tv Washington Journal Kenneth Weinstein CSPAN April 24, 2018 2:21pm-2:49pm EDT
opposition. the nomination goes to the full senate. they could take place this week. this morning we looked at the challenges mr. pompeo is facing on washington journal. >> kenneth weinstein, he's the ceo of the hudson institute and joining us to talk to us about mike pompeo. a little bit about the hudson institute. what is its positioning? >> we're dedicated to promoting u.s. international leadership. we are center right. we do a lot of work on international affairs, on u.s. national security. and economics as well. >> when it comes to mike pompeo specifically, you had an op-ed.
>> i think he has a chance to be a transformative secretary of state. he has the full confidence of the president. this is a man if you know him, he's a strategic thinker. he has got a very impressive background. he graduated first in his class at west point. went to harvard. was a successful businessman. served three terms in congress as -- in the house of representatives. served on the intelligence committee. has an amazing grasp of public policy. he has an ability to connect with people. he's great listener. has strong convictions, but knows that the president is the one who is largely calling the shots. he's there to advise the president. they've developed a terrific relationship as cia director.
they didn't know each other terribly well. they spent a lot of time together in the briefings. the president trusted him with the most sensitive dossier yet, the secret trip to pyongyang to meet with kim jong-un. and so having watched him closely over the past few years, i have a sense this is a man who has a three dimensioned grasp of management. he is someone who thinks not simply about military issues, which he does as a west point graduate, a man who served in our armed forces in europe, but also as someone who thinks about strategy in a broader sense. what the united states needs to do. what the possible areas are we can have a real impact. >> those things translate, those soft power skills you have to have? are there demonstrations aside
from the trip of visiting with kim jong-un? >> first of all, as cia director he's built close working relations with our european allies, with our allies in the sunni muslim world. he's built very close ties to man whose word can be trusted. he's got a sense of what america needs to do and how to go about doing it. and he's young. relatively. he's dynamic. i think he'll be transformative secretary of state. >> some of the criticisms that came up during his confirmation hearing was the views on muslims and muslims' role in fighting the war in terror, on homosexual and gay rights. what do you think of the criticisms from democrats who brought them? >> they have to be taken seriously. but at the end of the day, people -- our muslim allies can assure you that mike pompeo is not an islamaphobe.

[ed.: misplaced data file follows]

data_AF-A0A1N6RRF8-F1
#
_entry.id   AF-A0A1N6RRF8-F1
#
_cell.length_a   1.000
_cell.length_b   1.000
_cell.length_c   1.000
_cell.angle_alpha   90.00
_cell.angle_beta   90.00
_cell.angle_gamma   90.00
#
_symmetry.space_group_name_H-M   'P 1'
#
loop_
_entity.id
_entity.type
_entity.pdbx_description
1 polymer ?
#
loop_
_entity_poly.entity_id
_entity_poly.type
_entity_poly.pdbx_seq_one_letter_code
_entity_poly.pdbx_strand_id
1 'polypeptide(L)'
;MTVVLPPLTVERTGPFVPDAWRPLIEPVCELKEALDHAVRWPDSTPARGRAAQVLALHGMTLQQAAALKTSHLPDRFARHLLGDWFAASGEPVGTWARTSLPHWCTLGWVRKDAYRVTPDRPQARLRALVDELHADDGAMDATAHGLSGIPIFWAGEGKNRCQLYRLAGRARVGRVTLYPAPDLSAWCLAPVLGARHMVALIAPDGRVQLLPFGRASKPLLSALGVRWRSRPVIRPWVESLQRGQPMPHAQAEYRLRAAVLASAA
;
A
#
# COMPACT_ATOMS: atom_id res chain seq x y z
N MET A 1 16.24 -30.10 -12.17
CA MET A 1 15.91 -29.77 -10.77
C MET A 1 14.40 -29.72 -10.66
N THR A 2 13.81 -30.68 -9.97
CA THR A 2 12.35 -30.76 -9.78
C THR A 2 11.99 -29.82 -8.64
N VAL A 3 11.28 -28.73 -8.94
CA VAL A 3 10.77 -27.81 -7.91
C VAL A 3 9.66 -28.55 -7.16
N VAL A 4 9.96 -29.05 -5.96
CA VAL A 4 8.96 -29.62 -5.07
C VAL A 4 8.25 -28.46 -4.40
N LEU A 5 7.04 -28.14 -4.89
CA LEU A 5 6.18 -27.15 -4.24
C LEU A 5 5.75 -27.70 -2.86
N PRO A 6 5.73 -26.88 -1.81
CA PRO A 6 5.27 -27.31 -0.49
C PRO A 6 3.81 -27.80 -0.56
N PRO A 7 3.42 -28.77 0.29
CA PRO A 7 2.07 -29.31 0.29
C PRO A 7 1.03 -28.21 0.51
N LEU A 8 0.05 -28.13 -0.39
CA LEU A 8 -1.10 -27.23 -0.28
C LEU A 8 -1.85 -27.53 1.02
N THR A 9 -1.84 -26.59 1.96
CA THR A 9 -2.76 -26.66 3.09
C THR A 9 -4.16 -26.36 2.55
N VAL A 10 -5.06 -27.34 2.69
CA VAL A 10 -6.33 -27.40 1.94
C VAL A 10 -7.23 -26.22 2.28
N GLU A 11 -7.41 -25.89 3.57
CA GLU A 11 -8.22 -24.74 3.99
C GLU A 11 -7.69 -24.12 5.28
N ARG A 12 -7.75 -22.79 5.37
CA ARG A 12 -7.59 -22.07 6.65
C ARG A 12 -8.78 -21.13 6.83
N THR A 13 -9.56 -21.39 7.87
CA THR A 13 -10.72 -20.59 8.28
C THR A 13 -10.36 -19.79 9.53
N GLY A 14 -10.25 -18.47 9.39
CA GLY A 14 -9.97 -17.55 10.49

i think that's probably would have been helpful. on guy rights issues he's a devout presbyterian. he's someone who doesn't believe in gay marriage but he has respected gay marriage as an institution at the cia where he -- numerous gay spouses, spouses of cia employees are working there. he treated them as he did any other working spouses. >> do you know him personally? >> yeah. >> what do you think -- have you talked to him at all or at least has he shared with you the possibility of coming into the position? >> i have not spoken to him since he's been nominated. we at hudson institute have been
fortunate. he's taken part in numerous workshops we've held. what i find most remarkable is his ability to balance the strategic focus and the knowledge of detail, which is really rare in a policy leader. he's someone who has just an immense grasp of global affairs. he has just a detailed understanding of the way -- of foreign leaders, how they think. and one of the most impressive things about him, we had a workshop, where we do various workshops with international partners. we did a workshop in 2015, the two presenters were the now president of the european parliament, who was from the center right european people's party and congressman pompeo. this was long before he was